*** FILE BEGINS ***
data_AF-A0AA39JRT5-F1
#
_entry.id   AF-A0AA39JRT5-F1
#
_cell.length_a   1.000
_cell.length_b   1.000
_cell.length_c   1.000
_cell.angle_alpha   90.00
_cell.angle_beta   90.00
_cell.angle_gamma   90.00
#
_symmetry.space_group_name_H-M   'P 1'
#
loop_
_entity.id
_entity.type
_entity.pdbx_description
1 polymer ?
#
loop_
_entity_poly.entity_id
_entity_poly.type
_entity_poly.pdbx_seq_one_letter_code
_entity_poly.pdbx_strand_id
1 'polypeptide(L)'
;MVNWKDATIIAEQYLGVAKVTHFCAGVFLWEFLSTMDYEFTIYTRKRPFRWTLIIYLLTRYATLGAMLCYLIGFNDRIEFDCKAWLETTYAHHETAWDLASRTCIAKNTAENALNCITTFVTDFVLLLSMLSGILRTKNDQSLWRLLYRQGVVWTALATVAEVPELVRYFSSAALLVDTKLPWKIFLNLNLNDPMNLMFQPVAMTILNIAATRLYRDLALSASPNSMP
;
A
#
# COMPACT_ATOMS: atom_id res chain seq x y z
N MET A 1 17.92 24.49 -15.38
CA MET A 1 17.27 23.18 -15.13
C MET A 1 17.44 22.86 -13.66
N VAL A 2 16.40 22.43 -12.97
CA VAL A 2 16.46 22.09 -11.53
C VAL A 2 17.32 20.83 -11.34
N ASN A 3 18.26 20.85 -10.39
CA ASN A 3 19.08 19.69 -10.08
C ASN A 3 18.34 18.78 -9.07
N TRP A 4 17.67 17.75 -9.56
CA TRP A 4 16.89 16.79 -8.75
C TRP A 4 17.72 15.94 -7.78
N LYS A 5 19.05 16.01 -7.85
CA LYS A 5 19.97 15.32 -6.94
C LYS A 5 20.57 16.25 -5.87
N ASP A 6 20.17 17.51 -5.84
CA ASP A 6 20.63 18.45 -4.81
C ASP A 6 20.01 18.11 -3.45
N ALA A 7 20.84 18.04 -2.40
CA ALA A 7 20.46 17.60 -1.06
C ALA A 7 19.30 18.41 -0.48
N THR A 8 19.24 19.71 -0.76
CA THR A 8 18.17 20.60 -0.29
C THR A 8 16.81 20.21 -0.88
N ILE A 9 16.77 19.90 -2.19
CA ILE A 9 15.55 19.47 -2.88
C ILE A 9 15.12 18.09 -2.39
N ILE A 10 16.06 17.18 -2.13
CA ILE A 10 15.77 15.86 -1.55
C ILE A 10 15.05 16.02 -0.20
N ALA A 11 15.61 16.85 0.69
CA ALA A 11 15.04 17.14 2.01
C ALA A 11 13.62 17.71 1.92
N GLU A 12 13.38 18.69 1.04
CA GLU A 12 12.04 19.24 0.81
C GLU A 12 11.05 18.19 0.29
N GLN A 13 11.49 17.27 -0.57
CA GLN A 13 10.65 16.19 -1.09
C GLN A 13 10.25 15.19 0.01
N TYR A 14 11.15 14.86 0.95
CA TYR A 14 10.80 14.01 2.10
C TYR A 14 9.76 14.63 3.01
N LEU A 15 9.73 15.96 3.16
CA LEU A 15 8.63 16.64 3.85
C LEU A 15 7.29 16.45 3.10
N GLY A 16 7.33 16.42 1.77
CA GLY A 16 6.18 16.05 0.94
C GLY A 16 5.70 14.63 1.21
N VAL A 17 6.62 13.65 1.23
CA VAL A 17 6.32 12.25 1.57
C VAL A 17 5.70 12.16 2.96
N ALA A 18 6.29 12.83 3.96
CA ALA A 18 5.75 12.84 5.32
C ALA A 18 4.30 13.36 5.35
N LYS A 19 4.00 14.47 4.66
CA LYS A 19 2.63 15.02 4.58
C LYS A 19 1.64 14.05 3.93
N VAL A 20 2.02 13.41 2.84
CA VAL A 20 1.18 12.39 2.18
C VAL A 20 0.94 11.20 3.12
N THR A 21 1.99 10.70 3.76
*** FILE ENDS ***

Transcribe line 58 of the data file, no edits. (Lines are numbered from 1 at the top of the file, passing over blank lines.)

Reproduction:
N ILE A 10 16.06 17.18 -2.13